When I think about farm succession I think of my children. Not because the children are our future, to quote a Whitney Houston song, but because of their normal nighttime routine.
Let me explain.
Like most little kids, mine are experts at putting off going to bed at the expected time. Many excuses come up in the last 10 minutes before bed -- from long trips to the bathroom to stare at themselves making goofy faces in the mirror, to finding that right stuffed animal to sleep with, to all of a sudden being extremely worried about the farm cats sleeping in the dark.
This is a bit how I picture how farm succession conversations in many farm families happen, or I guess don't happen -- well, minus the stuffed animals. These folks are smart businesspeople who know their financial affairs and succession plans need to be planned diligently, but for many years they found excuses to delay deciding how their businesses will be passed on to the next generation.
P[L1] D[0x0] M[300x250] OOP[F] ADUNIT T
It is a tough conversation to have, especially for those passing down a life's work. In an effort to aid farmers and ranchers in this area, University of Nebraska-Lincoln (UNL) Extension wants the state's farmers and ranchers to complete a short survey regarding their farm/ranch succession plans, according to a UNL press release.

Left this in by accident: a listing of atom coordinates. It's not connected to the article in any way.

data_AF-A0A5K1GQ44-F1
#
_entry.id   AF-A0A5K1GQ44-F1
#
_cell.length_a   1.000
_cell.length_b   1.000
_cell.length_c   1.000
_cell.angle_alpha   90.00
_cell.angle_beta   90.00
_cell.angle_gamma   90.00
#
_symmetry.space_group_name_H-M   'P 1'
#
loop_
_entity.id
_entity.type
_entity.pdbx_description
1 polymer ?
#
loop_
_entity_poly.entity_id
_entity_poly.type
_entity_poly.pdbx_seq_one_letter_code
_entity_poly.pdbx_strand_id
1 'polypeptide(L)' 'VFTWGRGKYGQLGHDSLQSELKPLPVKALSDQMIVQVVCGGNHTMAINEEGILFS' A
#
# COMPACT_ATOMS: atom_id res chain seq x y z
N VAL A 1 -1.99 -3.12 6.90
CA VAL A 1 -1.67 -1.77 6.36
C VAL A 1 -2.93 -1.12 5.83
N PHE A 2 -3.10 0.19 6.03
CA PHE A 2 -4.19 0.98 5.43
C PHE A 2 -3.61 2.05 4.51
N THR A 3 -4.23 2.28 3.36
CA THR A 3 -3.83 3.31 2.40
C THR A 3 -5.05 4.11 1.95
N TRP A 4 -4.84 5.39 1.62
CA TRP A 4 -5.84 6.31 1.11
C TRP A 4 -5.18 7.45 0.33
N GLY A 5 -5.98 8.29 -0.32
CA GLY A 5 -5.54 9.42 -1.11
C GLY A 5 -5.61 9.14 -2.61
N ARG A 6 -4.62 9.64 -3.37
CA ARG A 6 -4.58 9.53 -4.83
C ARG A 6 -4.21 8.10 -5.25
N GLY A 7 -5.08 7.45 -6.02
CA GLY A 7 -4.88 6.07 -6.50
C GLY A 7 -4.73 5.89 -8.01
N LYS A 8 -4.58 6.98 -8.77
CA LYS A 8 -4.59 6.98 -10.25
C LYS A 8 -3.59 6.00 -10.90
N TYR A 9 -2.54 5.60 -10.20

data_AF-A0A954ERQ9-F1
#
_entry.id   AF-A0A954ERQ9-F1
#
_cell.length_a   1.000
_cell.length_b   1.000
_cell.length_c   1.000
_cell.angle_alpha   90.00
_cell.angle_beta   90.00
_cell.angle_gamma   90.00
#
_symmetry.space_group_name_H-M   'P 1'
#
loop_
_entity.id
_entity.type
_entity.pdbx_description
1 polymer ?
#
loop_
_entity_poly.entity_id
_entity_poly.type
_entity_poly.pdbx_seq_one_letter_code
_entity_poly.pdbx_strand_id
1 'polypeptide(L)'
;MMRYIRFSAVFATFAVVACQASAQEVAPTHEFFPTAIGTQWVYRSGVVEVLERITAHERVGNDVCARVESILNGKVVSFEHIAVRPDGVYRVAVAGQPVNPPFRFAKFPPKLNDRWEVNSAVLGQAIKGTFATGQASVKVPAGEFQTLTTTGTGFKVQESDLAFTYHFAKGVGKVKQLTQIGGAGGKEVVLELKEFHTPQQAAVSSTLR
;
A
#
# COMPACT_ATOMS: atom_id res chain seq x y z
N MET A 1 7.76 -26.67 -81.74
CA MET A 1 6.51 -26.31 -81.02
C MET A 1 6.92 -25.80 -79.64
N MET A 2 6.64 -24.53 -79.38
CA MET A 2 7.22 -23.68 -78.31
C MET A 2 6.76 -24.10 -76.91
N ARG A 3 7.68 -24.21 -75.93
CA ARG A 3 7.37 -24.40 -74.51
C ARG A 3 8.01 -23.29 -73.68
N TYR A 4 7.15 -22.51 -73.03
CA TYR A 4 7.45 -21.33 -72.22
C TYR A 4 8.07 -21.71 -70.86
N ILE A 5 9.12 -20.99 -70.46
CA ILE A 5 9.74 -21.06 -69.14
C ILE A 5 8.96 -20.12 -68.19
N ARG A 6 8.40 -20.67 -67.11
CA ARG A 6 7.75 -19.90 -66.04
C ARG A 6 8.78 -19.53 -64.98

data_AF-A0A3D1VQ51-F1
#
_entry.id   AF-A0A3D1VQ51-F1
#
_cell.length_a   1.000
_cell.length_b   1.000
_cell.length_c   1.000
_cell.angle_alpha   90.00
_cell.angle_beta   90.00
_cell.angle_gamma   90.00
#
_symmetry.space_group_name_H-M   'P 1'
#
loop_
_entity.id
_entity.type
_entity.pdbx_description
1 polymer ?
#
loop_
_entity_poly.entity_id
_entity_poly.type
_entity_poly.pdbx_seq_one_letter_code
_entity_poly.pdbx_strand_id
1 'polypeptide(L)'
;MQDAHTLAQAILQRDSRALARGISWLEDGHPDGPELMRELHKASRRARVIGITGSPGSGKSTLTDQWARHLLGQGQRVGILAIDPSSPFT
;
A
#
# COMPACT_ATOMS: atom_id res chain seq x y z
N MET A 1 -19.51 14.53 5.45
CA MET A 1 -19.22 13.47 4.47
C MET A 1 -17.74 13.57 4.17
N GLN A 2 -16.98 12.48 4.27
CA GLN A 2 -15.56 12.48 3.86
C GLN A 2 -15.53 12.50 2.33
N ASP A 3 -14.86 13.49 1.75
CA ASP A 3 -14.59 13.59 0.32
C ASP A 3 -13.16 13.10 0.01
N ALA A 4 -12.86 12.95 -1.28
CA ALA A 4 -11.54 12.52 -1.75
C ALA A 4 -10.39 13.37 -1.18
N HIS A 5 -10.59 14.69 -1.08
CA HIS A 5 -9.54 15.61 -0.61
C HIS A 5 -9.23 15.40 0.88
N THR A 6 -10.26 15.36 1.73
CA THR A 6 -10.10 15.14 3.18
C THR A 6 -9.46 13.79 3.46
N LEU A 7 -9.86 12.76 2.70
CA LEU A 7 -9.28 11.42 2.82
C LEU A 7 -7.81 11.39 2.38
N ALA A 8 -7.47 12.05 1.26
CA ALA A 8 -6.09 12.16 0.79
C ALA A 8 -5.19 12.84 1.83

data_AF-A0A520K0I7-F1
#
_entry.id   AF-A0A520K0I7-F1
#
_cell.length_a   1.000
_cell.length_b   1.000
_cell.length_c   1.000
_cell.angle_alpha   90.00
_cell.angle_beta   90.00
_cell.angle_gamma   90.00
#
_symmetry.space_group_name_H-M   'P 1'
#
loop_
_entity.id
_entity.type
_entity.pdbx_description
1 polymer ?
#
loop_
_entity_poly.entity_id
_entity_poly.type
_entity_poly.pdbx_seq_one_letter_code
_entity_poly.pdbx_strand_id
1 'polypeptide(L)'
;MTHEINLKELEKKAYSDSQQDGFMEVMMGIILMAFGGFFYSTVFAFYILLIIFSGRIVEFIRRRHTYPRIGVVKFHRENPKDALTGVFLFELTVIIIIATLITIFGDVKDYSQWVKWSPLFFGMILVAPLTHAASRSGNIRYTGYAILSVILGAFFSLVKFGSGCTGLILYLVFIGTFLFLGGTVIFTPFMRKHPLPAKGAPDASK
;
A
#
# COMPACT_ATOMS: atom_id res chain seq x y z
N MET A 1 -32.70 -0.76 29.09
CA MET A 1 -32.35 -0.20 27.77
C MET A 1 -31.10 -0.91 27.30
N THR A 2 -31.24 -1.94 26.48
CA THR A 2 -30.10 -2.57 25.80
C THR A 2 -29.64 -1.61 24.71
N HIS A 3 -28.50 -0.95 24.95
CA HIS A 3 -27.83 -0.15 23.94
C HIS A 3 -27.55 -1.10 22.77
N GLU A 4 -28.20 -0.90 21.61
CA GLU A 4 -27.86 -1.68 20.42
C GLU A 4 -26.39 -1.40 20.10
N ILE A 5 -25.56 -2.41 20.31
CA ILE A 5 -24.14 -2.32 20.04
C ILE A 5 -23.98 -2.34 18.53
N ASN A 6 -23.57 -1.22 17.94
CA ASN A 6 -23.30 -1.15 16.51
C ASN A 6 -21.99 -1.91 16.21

The survey seeks to learn more about how Nebraska farmers and ranchers are planning for succession or retirement and how retirement would be financed. The collected data will then be used to design educational material, websites and meetings specific to the state's producers.
The survey is being conducted by Allan Vyhnalek, UNL farm succession extension educator, Dave Aiken, agricultural law specialist and Kate Brooks, assistant professor in the department of agricultural economics.
Vyhnalek said he hopes to use the data to then provide succession planning support and education to Nebraska's farmers and ranchers.
"We hope that Nebraska farmers and ranchers understand the need to participate in the survey so we have current information," Vyhnalek said. "We want to be able to design material and educational outreach that fit the needs of Nebraskans."
The survey can be completed online at http://go.unl.edu/…. The survey will take between five to 10 minutes and participants must be 19 years or older to participate.
For more information or assistance, please contact Vyhnalek at (402) 472-1771 or email@example.com.
Russ Quinn can be reached at firstname.lastname@example.org
© Copyright 2017 DTN/The Progressive Farmer. All rights reserved.